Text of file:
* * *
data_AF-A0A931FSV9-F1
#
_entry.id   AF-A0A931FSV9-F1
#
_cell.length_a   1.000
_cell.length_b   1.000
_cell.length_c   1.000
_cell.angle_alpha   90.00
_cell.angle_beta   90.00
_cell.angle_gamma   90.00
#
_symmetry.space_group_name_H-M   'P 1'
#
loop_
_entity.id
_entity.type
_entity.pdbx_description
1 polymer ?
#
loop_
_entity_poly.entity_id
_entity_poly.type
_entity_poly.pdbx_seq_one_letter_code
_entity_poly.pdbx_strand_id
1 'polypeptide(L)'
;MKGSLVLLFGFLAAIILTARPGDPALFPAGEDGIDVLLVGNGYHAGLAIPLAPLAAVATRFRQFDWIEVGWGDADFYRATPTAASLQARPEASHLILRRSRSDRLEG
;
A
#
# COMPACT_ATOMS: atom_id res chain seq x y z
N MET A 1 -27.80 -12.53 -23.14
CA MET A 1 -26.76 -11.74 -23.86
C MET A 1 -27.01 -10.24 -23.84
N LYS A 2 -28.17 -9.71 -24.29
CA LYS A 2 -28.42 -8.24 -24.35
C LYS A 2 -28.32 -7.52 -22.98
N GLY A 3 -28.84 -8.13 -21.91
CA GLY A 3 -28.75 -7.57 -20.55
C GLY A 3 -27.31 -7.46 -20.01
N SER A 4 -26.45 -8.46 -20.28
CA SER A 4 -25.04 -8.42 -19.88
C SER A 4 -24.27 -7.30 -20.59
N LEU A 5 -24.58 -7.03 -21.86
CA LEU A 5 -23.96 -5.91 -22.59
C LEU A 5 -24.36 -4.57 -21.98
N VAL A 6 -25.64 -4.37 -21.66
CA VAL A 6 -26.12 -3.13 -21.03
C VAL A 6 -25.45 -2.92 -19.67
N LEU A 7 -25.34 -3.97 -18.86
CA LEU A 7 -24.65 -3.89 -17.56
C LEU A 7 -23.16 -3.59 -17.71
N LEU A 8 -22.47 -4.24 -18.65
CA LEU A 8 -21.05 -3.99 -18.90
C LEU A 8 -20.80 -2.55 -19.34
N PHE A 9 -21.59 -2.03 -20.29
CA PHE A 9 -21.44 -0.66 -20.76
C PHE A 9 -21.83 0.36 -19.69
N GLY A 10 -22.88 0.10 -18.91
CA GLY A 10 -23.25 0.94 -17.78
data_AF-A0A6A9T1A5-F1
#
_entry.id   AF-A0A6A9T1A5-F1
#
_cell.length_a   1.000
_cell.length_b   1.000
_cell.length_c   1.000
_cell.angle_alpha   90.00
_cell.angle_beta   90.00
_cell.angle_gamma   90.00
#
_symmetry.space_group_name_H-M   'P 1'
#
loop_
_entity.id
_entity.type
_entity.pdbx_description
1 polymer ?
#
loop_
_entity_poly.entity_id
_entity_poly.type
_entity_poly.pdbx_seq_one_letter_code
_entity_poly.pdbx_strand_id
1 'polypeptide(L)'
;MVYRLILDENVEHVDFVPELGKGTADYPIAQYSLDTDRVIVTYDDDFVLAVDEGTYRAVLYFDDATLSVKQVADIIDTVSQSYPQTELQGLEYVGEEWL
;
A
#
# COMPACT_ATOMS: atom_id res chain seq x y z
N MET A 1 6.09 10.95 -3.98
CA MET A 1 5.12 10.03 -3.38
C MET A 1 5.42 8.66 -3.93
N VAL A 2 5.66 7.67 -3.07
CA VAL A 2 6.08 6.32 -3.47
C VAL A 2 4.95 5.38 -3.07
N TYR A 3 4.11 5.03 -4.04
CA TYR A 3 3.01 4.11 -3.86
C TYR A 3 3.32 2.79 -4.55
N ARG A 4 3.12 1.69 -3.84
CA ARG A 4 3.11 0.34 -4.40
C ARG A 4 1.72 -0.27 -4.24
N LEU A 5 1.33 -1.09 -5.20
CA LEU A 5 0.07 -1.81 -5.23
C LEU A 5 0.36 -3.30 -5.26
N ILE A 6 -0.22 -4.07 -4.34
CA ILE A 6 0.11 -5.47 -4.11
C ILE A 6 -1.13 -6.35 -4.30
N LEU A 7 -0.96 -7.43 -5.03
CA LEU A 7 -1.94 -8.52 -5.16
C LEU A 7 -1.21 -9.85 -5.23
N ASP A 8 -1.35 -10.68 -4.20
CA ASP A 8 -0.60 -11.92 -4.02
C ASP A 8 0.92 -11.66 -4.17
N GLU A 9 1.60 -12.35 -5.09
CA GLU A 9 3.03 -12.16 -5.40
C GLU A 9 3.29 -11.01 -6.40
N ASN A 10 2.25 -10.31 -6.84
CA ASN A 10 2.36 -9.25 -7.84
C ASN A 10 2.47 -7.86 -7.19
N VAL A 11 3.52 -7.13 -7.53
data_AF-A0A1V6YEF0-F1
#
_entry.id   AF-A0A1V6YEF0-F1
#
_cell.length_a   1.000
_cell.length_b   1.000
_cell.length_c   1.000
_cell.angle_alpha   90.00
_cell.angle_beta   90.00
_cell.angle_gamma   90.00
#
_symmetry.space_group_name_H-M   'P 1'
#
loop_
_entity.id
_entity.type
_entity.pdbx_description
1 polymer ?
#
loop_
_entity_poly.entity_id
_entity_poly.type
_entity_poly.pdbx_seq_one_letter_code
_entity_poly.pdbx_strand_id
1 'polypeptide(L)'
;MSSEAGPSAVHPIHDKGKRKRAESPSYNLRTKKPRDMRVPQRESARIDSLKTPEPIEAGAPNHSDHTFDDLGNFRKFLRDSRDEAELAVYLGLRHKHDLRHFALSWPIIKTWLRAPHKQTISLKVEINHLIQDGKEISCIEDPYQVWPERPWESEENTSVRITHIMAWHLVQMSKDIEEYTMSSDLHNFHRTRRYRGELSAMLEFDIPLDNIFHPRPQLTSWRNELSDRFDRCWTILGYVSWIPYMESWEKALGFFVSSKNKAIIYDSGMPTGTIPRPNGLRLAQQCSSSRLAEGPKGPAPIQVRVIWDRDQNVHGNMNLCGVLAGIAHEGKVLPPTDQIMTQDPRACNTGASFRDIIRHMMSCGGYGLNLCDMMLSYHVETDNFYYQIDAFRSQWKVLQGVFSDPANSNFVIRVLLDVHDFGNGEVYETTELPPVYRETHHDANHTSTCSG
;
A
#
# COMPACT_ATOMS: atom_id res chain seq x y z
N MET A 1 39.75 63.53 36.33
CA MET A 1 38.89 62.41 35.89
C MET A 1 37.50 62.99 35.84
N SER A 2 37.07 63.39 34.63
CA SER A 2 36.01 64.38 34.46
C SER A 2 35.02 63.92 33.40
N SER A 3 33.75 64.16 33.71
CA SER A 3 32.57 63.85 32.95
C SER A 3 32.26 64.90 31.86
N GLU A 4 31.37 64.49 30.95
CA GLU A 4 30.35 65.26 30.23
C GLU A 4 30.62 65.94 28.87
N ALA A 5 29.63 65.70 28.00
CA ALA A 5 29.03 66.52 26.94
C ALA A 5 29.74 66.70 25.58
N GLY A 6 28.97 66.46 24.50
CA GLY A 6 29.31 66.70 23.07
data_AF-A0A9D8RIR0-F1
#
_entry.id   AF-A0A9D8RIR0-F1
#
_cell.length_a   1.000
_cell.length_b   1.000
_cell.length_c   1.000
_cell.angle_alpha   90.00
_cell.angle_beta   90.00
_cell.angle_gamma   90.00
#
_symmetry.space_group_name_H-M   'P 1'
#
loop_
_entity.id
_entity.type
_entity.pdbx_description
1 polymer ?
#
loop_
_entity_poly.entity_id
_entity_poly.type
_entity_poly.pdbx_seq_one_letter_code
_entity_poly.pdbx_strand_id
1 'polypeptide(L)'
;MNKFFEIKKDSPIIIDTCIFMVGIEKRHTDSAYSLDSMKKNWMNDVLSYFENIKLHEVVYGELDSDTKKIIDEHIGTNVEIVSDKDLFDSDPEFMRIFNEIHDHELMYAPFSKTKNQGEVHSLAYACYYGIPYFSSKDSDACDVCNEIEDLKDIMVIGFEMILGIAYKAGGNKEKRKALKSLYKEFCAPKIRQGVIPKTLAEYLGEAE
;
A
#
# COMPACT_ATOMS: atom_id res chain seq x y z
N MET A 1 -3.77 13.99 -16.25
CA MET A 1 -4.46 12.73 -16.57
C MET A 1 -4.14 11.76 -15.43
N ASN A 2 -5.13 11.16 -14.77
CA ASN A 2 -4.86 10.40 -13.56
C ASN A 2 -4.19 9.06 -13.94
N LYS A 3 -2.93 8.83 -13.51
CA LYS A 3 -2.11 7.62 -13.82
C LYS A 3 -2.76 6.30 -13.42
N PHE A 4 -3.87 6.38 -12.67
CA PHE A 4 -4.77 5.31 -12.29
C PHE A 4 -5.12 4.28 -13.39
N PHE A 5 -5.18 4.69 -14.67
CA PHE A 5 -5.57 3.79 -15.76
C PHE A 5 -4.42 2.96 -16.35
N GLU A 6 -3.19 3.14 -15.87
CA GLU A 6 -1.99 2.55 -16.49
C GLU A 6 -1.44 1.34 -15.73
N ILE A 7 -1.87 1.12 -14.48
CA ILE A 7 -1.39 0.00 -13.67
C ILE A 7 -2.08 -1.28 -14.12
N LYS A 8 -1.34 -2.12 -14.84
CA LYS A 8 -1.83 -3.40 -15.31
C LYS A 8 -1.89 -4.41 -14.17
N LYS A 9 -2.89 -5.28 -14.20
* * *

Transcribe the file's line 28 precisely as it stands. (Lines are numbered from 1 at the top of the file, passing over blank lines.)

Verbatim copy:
A